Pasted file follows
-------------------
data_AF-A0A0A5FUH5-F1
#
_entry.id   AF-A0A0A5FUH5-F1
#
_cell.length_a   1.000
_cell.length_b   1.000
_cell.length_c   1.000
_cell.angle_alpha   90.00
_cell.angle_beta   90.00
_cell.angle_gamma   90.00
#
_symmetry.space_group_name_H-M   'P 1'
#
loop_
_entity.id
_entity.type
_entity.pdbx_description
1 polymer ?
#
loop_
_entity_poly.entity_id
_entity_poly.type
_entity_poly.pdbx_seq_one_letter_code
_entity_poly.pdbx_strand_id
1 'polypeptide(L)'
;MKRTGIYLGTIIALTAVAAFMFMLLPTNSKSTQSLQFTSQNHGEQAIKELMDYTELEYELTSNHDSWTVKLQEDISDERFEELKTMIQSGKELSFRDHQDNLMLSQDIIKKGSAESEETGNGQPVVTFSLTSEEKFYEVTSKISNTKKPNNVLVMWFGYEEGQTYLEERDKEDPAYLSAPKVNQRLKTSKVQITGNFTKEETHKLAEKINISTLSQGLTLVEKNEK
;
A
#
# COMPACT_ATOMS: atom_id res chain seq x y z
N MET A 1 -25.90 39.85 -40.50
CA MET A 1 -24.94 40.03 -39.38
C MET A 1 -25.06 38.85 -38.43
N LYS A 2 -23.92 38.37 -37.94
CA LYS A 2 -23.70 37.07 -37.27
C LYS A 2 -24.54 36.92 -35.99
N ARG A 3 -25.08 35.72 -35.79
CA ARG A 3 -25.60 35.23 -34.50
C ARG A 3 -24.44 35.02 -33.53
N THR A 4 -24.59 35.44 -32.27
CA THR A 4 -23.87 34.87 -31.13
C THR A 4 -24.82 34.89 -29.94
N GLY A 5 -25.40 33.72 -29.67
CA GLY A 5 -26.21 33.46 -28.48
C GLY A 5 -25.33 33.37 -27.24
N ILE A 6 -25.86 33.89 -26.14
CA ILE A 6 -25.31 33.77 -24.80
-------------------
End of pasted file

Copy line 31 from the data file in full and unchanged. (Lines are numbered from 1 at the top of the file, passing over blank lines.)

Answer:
N MET A 1 -25.90 39.85 -40.50